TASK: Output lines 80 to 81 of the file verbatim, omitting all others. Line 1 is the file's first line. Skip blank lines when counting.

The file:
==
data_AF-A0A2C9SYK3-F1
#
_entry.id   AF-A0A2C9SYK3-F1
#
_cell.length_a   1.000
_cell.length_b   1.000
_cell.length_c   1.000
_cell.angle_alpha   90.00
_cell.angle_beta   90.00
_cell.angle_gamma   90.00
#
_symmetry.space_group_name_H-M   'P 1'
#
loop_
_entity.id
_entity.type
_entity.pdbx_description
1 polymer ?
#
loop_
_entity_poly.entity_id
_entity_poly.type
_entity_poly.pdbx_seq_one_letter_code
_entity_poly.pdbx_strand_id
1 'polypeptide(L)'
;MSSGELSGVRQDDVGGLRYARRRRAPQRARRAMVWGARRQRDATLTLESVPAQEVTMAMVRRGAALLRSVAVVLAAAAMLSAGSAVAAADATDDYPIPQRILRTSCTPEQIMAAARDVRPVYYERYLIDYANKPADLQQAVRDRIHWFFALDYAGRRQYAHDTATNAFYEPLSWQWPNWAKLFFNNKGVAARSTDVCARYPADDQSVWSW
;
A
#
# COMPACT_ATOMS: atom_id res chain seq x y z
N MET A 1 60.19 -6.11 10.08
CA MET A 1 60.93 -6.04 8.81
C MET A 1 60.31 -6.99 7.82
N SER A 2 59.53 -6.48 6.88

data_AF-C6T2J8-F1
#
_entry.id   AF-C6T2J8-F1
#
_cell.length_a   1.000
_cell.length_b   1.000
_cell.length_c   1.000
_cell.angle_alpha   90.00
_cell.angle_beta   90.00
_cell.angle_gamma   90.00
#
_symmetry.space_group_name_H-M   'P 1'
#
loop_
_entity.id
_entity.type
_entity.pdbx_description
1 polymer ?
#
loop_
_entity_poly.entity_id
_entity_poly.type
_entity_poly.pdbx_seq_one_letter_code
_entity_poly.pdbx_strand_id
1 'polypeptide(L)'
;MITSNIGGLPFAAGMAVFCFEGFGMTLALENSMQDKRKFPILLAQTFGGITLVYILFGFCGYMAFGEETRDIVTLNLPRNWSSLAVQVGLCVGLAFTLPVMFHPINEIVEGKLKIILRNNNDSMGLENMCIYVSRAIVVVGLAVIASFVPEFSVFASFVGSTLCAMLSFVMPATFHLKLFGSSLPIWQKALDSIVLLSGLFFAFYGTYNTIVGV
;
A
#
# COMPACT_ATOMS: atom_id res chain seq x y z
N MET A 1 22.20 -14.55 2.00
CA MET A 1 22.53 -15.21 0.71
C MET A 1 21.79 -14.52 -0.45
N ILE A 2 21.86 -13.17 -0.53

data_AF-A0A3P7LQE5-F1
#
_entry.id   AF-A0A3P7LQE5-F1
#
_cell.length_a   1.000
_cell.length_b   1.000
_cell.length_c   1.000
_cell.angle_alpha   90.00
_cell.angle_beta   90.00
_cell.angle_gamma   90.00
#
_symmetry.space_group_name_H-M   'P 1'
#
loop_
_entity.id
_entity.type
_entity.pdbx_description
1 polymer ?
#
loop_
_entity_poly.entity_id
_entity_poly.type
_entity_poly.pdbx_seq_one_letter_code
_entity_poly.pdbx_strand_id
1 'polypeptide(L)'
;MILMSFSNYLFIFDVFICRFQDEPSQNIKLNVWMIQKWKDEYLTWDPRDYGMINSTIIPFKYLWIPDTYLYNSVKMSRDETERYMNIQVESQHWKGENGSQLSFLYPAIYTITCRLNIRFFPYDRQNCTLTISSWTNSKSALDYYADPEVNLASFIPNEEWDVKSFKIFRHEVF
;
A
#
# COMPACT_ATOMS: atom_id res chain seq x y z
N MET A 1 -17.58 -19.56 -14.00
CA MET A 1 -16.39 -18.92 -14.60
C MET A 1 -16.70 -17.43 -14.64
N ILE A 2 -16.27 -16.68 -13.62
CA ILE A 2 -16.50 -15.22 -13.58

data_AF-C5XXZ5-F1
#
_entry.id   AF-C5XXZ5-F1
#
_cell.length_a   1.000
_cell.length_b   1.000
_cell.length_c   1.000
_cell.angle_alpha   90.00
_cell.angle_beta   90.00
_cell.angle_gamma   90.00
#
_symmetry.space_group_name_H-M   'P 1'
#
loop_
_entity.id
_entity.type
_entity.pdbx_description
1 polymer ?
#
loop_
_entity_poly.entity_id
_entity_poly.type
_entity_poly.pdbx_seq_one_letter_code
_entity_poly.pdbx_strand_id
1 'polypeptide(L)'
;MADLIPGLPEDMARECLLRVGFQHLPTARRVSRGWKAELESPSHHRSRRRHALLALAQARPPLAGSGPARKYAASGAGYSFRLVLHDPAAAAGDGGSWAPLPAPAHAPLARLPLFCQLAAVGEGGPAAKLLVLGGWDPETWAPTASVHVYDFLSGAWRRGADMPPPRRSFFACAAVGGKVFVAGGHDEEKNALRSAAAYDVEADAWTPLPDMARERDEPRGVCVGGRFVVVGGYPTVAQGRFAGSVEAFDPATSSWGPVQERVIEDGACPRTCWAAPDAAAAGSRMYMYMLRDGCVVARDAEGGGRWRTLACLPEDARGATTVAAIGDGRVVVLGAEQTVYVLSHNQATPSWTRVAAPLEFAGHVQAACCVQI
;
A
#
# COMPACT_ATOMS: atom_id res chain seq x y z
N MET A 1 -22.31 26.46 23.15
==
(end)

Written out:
_symmetry.space_group_name_H-M   'P 1'
#